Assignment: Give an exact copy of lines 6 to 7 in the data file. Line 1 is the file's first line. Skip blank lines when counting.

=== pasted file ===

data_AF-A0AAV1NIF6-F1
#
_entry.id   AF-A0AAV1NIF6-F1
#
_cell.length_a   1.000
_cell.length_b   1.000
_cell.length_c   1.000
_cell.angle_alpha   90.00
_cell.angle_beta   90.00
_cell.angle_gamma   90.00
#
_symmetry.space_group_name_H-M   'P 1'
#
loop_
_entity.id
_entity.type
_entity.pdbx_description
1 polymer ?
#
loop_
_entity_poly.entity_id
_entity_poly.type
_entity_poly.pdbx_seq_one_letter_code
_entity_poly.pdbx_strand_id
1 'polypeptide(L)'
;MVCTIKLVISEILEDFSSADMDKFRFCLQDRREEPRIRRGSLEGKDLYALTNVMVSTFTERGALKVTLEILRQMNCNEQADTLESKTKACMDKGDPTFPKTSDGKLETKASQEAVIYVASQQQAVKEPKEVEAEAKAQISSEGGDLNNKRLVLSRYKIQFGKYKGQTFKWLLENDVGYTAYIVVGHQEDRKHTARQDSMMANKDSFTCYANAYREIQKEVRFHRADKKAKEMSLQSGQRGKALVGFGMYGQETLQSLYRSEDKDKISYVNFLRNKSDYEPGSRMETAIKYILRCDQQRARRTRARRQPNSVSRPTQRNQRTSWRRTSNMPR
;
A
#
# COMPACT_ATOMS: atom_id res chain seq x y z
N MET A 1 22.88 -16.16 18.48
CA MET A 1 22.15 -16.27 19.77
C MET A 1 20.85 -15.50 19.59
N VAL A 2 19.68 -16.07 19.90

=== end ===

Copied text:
_cell.length_b   1.000
_cell.length_c   1.000